Judo is generally categorized as a modern Japanese martial art, which has since evolved into a combat and Olympic sport. The sport was created in 1882 by Jigoro Kano (嘉納治五郎) as a physical, mental, and moral pedagogy in Japan. With its origins coming from jujutsu, judo's most prominent feature is its competitive element, where the objective is to either throw or take down an opponent to the ground, immobilize or otherwise subdue an opponent with a pin, or force an opponent to submit with a joint lock or a choke. Strikes and thrusts by hands and feet as well as weapons defences are a part of judo, but only in pre-arranged forms and are not allowed in judo competition or free practice. It was also referred to as Kanō Jiu-Jitsu until the introduction to the Olympic Games. A judo practitioner is called a "judoka", and the judo uniform is called "judogi".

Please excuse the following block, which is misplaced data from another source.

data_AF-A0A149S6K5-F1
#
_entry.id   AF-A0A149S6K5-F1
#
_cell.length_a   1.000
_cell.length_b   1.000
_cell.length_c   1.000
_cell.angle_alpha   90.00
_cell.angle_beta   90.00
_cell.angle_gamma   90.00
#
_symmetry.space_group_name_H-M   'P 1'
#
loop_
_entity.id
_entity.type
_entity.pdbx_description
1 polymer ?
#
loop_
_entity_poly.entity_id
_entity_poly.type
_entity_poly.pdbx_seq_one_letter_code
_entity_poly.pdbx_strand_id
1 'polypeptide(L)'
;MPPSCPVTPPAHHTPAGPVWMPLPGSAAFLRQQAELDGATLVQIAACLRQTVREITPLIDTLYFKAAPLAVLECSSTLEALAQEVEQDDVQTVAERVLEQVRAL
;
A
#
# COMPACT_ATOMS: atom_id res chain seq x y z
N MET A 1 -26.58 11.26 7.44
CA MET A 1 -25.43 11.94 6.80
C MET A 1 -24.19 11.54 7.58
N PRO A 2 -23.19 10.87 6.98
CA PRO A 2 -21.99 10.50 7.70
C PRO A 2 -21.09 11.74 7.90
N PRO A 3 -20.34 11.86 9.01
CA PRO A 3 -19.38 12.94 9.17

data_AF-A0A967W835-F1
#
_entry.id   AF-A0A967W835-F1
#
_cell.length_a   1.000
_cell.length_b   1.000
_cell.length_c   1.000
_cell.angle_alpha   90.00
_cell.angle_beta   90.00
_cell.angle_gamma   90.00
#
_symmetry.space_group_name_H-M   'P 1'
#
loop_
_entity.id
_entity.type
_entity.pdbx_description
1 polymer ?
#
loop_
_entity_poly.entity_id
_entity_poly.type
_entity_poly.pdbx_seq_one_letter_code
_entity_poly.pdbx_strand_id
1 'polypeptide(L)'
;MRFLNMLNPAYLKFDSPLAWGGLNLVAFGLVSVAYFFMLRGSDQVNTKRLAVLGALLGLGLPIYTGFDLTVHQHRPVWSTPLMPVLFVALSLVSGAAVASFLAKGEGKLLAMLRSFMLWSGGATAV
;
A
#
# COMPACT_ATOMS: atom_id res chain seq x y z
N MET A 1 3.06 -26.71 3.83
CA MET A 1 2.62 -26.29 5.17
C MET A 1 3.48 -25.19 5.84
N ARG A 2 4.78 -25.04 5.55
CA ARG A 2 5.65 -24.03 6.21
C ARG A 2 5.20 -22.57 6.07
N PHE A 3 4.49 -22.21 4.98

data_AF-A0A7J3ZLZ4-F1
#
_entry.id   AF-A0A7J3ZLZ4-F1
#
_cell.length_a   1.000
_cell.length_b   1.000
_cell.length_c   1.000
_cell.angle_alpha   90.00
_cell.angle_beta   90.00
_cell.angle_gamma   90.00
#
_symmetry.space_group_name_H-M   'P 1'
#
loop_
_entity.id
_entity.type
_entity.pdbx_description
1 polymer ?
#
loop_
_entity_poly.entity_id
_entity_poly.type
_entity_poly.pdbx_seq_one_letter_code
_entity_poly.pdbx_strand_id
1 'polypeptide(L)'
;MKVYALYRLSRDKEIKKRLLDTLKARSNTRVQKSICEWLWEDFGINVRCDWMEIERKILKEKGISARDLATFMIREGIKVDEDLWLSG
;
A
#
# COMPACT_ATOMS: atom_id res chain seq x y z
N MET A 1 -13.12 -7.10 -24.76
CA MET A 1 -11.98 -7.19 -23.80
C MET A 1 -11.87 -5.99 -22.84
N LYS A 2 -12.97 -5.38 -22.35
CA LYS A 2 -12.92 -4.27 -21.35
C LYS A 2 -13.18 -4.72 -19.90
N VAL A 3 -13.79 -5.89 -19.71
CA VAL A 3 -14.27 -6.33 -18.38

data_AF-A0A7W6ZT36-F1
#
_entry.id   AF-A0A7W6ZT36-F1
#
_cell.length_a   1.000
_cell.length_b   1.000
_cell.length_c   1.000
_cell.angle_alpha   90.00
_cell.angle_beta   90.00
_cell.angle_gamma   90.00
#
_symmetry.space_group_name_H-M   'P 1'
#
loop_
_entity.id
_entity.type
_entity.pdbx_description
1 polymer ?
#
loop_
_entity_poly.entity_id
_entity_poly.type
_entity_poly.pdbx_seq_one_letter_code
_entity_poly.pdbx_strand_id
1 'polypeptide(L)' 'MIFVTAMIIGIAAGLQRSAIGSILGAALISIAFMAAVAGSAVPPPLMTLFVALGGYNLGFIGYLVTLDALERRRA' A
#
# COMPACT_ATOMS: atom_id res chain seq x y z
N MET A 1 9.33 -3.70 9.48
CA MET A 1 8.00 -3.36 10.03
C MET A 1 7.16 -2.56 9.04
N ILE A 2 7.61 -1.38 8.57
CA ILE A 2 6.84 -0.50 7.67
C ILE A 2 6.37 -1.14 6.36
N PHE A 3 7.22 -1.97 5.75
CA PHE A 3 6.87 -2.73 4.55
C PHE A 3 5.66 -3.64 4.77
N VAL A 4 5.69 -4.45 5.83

Nage-no-kata Martial arts forms/techniques

Nage-no-kata is one of the two randori-no-kata of Kodokan Judo. It is intended as an illustration of the various concepts of nage-waza that exist in judo, and is used both as a training method and as a demonstration of understanding.

Kōdōkan Goshin Jutsu or Kōdōkan goshinjutsu is the most recent Judo kata of Kodokan and was established in 1956. Compared to Kime no kata it is a more modern set of self-defence techniques. Instead of attacks with swords, the kata contains defences against attacks with stick and pistol.

Deashi harai Judo technique